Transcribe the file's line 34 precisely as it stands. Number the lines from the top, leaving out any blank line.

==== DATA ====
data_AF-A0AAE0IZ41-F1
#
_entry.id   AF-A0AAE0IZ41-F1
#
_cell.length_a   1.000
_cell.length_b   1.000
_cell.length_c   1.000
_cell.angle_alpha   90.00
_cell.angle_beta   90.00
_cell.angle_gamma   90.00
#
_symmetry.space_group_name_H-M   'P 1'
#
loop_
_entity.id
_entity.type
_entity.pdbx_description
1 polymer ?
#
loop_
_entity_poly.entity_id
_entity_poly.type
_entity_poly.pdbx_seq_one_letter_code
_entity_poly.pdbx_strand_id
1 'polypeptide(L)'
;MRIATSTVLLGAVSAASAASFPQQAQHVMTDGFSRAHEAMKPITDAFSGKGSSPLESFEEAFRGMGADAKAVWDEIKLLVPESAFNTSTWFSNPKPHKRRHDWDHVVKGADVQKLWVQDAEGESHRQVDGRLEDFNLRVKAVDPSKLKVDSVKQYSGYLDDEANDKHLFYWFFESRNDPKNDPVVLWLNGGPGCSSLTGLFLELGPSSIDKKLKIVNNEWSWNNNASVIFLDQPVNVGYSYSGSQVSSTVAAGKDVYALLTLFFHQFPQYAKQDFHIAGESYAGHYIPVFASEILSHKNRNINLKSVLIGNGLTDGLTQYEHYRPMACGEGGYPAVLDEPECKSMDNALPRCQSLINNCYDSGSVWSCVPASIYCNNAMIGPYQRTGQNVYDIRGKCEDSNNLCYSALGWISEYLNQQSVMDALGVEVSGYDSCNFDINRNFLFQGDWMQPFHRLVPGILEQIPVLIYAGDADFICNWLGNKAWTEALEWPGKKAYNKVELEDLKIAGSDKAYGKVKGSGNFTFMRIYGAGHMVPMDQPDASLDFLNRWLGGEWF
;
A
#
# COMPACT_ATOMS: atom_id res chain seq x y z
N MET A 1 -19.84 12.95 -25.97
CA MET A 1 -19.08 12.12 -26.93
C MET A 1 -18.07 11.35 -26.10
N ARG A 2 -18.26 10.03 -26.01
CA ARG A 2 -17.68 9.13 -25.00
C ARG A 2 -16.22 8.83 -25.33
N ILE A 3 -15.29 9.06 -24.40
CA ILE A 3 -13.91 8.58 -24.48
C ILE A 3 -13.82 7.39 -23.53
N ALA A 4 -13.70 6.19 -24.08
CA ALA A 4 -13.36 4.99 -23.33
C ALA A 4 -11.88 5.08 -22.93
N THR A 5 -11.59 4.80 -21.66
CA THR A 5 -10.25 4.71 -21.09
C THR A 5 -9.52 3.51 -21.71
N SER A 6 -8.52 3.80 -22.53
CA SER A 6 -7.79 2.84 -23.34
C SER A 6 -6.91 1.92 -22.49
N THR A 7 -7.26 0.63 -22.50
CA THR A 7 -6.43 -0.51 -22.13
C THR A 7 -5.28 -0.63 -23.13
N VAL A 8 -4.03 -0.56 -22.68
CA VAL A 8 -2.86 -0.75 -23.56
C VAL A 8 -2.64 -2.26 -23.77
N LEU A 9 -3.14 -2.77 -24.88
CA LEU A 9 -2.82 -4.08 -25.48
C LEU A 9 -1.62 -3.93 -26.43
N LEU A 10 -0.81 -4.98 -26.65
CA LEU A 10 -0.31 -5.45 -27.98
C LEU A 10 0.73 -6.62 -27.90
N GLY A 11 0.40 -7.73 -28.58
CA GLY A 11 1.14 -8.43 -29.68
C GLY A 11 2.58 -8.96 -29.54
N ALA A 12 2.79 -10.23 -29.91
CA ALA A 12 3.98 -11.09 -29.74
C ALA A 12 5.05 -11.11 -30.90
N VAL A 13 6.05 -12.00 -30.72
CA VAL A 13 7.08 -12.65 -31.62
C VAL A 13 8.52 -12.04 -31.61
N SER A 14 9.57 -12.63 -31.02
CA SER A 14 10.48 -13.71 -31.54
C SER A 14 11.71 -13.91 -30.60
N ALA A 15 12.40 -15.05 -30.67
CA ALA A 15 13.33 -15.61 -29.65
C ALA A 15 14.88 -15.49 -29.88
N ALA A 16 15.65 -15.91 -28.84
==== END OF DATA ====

N ARG A 2 -18.26 10.03 -26.01